Just got the property taxes for my two paid off rentals. It's an expected expense but still annoying. Gonna hold on to my properties in hopes that they will someday generate some VHCOLA rent as people flee the VVHCOLA and VVVHCOLA's etc...

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        • #34
          Originally posted by StarTrekDoc View Post

          Be careful on the gifting inheritance with step up and counting the prior costs/subsidies and how's that counted -- would really get a lawyer to sign off on that in case audit comes around to defend appropriately -- definitely abundance of choices on whether to keep or rent.
          Oh, this is ALL through my estate lawyer. Would not do it any other way.

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          • #35
            Originally posted by Larry Ragman View Post

            The tax avoidance here does not track. It sounds like you could sell for ~$775 k and owe somewhere around $250k, leaving $525? Maybe off a little to cover selling costs, but let’s ignore those. So she gets a LTCG exclusion of $250k of the $525k. That means she owes LTCG on the balance, at 20% (maybe 23.8% if she owes the NII and ACA Medicare penalties) on $275k. Call it $55k. Certainly she could gift the rest ($470k?) to you, but I would not call it loan payback unless you had the loan properly documented. And if it were loan payback, you should have been getting market rate interest, and paying taxes on it. Regardless, with my (likely wrong) math, you would avoid the $55k tax if you inherited. Because if she sells now the tax has to be paid.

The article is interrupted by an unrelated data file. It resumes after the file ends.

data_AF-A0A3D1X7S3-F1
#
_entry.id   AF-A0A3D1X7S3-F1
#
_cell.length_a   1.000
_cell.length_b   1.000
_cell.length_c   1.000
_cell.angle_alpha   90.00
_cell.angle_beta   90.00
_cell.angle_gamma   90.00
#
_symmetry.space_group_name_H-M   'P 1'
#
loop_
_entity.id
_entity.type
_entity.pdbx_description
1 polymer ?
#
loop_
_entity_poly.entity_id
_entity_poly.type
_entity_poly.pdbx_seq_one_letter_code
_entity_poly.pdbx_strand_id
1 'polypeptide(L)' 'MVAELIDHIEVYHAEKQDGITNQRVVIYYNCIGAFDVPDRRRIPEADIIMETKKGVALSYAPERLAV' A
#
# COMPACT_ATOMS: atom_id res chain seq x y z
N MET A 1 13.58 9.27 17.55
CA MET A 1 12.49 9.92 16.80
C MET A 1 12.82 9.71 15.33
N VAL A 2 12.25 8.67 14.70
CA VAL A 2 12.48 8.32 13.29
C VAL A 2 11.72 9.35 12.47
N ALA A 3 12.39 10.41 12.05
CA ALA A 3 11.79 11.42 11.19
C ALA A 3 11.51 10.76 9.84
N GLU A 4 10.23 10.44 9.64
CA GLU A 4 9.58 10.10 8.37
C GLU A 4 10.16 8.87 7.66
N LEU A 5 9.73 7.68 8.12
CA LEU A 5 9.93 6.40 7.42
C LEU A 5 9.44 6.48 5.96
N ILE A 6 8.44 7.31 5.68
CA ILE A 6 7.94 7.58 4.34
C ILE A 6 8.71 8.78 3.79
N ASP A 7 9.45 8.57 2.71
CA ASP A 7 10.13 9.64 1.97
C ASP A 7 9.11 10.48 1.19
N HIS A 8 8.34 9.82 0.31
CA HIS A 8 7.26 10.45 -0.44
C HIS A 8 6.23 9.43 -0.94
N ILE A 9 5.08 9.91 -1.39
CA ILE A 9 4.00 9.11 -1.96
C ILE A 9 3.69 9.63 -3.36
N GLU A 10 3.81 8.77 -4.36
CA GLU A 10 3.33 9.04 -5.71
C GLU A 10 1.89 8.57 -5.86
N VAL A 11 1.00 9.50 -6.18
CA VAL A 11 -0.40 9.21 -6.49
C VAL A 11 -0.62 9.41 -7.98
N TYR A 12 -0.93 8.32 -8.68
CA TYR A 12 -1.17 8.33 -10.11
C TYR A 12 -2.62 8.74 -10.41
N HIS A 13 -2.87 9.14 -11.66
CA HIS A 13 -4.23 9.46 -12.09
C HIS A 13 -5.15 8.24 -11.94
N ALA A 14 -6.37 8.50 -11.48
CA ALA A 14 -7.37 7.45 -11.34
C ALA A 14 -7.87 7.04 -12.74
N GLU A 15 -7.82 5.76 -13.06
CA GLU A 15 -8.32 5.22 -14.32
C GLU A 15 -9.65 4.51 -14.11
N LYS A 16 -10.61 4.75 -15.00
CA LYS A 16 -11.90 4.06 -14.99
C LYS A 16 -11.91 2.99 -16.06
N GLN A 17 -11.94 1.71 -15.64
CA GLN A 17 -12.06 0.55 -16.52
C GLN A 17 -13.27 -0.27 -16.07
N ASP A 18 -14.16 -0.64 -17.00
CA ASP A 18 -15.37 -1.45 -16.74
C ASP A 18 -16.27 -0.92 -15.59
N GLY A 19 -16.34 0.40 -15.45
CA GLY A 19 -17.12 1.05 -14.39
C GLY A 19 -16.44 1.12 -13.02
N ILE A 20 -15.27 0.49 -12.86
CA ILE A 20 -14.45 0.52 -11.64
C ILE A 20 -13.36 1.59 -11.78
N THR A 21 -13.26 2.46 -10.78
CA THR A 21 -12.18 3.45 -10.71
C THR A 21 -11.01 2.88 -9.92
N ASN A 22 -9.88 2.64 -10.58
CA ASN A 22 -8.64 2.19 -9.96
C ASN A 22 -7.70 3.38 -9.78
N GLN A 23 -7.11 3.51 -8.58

BTW, I should say I am no expert. This paragraph is how I understand the situation, but it really should be read as a question. I am interested in the mechanism your lawyer is using to help you avoid tax. How would it work?
            This was through my estate lawyer... he said, since we have it documented with electronic payments to her and we have check receipts for all the property tax payments, then he would add that up and add on the interest rate on top, she could pay us back that amount, tax free. We only owe $170 on it, and the rest was for real estate fees, etc. She does get the tax exclusion of $250K. I discussed this with my lawyer last summer, but not recently. I can confirm with him when we discuss again... if we go to sell. I was pleasantly surprised by his numbers. He has always been conservative... so I doubt he is doing anything shady.

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            • #36
              Originally posted by SLC OB View Post

              This was through my estate lawyer... he said, since we have it documented with electronic payments to her and we have check receipts for all the property tax payments, then he would add that up and add on the interest rate on top, she could pay us back that amount, tax free. We only owe $170 on it, and the rest was for real estate fees, etc. She does get the tax exclusion of $250K. I discussed this with my lawyer last summer, but not recently. I can confirm with him when we discuss again... if we go to sell. I was pleasantly surprised by his numbers. He has always been conservative... so I doubt he is doing anything shady.
              I wrote a response, but I think I was just repeating myself. I do think you should confirm how to document all these arrangements if she sells now as opposed to you inheriting and selling. But that is just me. I’ve had the IRS question the darndest things on several occasions, and each time I was only saved by good records and the ability to explain them.